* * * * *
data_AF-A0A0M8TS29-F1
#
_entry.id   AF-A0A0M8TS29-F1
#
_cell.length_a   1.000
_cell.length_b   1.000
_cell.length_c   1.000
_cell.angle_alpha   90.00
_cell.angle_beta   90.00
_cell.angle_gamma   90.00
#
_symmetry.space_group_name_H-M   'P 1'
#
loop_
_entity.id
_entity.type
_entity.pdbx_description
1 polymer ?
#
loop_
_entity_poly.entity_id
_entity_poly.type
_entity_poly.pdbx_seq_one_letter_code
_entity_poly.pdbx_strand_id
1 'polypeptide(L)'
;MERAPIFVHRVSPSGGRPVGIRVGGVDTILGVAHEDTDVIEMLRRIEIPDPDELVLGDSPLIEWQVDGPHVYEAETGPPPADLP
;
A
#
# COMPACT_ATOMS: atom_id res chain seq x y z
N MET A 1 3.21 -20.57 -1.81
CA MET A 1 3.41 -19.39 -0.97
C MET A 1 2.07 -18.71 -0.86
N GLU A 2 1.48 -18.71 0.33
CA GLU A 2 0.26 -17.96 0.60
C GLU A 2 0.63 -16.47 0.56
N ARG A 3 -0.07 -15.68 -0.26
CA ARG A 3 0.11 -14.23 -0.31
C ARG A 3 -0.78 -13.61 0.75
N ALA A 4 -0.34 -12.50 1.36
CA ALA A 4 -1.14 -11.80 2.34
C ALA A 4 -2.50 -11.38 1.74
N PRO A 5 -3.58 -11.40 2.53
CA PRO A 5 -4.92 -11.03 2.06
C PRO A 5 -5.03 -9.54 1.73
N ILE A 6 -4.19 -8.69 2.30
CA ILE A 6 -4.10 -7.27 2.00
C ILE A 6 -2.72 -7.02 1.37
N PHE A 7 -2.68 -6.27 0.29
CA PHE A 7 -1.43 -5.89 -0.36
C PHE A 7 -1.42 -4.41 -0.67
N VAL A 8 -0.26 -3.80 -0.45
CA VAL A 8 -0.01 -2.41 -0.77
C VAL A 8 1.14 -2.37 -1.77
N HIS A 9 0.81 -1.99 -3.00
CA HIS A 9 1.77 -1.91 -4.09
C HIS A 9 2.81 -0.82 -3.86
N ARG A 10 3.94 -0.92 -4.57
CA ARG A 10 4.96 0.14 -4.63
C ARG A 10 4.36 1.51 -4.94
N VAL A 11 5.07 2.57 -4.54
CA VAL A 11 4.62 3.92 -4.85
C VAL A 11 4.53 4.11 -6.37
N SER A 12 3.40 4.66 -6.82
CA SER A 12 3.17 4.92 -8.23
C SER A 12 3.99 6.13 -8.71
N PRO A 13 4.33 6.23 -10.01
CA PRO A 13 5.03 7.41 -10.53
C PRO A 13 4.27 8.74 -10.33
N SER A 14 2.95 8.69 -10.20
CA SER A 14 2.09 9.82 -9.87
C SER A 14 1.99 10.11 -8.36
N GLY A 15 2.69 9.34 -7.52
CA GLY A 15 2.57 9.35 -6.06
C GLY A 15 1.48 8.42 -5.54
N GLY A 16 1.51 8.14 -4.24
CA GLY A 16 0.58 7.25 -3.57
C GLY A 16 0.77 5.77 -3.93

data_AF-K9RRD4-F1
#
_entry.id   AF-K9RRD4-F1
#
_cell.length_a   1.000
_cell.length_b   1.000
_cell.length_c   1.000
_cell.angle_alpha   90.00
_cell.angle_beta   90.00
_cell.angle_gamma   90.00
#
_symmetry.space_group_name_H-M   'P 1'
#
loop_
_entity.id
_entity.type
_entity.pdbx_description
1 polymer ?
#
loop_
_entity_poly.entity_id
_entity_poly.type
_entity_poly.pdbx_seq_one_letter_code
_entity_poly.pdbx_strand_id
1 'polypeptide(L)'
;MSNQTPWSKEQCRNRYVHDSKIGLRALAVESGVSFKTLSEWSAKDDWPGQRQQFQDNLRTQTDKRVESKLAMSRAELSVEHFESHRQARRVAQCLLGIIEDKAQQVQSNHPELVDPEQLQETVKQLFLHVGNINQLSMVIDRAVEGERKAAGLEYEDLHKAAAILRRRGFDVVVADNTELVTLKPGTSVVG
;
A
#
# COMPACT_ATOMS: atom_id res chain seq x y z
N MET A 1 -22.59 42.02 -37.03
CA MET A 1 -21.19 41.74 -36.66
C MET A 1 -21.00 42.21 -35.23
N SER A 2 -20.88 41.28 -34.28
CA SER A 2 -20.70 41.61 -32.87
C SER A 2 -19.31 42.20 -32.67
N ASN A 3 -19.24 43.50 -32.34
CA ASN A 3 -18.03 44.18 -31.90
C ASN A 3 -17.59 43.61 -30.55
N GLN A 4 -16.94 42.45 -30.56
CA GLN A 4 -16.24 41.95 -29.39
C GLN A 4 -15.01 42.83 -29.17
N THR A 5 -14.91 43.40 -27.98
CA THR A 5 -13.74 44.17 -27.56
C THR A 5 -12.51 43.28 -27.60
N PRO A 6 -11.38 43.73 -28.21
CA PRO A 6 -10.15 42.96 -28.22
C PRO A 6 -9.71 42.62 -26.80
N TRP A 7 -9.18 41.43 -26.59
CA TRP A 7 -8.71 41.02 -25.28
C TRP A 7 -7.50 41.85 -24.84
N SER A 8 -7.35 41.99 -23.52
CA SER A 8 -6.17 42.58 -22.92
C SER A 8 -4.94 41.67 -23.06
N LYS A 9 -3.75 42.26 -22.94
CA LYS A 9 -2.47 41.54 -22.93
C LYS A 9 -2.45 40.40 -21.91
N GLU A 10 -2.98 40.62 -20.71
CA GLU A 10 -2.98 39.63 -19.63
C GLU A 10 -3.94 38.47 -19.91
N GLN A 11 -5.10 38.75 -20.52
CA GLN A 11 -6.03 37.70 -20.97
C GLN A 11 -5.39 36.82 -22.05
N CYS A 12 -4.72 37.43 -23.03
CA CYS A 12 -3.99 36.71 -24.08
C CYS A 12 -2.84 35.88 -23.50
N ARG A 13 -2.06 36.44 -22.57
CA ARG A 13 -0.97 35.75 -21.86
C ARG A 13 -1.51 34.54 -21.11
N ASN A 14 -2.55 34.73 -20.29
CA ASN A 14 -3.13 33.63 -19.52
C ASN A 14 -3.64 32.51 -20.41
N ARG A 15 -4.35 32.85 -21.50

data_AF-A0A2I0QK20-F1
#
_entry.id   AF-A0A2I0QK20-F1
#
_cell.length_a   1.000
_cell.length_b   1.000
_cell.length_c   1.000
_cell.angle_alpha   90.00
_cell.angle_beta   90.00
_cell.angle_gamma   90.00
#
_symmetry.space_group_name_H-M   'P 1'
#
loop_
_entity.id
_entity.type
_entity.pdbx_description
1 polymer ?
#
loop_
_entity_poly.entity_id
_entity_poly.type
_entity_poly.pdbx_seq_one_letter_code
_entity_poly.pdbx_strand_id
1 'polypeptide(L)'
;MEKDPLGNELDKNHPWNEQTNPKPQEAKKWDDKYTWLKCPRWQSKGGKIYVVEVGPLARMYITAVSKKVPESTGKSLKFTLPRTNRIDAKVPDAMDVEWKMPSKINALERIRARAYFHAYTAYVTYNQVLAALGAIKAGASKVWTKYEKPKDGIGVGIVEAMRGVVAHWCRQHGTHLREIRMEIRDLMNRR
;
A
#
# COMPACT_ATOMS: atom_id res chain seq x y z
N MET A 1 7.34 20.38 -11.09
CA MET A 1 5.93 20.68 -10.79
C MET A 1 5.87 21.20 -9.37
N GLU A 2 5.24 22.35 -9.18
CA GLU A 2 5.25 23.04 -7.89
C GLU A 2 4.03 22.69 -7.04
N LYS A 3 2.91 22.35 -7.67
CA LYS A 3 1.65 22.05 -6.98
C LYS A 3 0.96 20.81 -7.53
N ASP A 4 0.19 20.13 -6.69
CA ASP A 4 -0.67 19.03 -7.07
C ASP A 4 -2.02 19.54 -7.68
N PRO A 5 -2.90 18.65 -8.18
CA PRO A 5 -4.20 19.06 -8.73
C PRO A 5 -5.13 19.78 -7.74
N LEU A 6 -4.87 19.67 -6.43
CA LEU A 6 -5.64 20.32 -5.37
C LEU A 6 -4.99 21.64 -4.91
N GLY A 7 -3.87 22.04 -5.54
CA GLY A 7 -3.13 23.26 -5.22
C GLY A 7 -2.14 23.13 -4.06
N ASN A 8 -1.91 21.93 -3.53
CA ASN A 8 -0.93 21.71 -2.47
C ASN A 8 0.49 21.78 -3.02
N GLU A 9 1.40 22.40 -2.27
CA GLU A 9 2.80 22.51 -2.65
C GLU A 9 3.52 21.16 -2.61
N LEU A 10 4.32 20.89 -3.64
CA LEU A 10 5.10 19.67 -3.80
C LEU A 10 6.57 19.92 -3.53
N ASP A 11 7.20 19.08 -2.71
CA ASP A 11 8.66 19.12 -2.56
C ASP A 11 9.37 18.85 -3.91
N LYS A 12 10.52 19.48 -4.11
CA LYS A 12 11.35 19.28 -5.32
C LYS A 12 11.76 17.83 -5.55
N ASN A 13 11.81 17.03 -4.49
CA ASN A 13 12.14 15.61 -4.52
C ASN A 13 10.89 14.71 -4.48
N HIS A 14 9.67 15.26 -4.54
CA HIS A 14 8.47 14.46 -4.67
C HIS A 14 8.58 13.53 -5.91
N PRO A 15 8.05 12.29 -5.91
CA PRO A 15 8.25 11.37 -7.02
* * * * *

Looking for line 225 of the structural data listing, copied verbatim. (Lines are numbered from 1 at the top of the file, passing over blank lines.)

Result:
CA PRO A 15 8.25 11.37 -7.02